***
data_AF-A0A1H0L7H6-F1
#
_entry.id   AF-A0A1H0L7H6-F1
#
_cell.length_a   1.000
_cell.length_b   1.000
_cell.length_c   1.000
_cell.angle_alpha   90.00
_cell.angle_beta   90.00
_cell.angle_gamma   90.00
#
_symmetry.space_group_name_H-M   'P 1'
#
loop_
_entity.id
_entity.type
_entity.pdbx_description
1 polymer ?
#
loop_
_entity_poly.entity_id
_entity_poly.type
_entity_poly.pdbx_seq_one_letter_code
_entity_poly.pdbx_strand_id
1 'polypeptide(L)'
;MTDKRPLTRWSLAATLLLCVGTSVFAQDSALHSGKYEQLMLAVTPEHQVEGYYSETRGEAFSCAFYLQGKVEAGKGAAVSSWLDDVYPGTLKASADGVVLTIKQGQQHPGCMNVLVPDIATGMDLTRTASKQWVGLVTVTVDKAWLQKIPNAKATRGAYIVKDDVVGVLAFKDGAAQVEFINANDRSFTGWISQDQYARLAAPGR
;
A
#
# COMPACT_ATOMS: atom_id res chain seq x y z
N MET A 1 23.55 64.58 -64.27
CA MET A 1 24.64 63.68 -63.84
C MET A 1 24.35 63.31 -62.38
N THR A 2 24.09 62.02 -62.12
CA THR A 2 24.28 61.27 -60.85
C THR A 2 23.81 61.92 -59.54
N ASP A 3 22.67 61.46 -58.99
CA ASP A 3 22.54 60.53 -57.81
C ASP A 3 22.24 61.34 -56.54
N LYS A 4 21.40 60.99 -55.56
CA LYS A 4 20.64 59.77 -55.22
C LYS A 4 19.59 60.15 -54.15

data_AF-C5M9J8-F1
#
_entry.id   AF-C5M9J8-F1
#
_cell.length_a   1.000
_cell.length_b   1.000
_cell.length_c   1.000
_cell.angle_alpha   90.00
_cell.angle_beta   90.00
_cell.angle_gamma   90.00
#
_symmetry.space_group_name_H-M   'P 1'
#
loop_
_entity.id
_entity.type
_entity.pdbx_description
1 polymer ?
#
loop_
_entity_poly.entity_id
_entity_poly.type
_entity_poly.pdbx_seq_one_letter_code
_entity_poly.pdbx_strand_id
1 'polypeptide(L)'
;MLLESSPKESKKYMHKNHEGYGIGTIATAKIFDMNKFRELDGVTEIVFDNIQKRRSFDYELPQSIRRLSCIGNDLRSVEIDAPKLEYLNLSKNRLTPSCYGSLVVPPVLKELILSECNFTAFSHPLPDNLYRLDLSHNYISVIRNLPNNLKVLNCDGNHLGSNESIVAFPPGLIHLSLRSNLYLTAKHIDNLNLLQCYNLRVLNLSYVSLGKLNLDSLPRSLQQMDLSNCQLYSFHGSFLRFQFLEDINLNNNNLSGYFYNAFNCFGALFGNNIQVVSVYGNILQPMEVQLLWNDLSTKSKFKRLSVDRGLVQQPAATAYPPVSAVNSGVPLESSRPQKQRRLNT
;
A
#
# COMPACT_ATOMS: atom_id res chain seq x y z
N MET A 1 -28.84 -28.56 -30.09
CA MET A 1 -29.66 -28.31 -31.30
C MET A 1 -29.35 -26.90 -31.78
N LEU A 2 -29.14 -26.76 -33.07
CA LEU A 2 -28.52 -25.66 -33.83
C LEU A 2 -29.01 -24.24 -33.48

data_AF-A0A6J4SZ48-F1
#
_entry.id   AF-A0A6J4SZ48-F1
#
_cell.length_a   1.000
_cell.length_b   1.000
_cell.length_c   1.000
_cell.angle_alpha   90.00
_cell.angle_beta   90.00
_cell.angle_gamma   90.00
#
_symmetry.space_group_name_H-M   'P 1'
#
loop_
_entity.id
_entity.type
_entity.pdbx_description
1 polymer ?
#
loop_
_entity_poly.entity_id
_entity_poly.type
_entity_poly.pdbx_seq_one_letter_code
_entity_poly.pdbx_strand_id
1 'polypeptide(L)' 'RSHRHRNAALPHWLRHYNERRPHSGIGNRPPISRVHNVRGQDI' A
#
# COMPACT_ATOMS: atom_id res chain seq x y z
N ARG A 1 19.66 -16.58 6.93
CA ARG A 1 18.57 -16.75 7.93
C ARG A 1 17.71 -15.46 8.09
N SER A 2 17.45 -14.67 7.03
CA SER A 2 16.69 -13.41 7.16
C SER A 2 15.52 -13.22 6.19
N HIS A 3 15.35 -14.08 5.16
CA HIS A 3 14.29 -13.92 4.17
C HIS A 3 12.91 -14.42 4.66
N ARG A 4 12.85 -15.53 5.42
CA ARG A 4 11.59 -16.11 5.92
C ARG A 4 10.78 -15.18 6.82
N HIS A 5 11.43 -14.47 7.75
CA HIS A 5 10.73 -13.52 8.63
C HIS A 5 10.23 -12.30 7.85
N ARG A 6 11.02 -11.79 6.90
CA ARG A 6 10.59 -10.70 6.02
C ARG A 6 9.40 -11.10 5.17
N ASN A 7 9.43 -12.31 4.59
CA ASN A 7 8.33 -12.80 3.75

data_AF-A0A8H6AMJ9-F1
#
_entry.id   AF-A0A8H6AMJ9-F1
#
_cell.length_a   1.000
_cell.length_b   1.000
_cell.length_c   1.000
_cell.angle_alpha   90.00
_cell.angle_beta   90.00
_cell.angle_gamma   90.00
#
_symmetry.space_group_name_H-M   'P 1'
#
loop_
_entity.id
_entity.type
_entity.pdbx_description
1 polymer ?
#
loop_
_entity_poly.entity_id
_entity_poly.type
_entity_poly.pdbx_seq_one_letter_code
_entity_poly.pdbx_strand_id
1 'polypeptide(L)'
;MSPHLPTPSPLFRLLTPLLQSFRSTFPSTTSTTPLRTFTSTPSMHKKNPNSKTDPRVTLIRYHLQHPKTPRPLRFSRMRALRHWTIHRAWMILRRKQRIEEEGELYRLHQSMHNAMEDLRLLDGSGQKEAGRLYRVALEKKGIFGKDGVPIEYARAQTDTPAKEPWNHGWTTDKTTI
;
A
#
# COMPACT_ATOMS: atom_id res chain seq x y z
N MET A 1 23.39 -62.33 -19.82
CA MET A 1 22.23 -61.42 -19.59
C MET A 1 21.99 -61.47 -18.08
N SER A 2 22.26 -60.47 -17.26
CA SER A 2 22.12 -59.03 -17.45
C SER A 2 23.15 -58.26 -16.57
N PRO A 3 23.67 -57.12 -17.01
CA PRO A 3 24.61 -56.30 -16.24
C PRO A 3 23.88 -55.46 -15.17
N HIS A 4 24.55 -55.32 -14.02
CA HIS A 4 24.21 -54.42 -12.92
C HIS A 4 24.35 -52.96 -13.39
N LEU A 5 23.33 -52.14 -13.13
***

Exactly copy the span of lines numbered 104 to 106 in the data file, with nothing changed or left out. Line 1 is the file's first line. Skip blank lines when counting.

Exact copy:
#
# COMPACT_ATOMS: atom_id res chain seq x y z
N ARG A 1 19.66 -16.58 6.93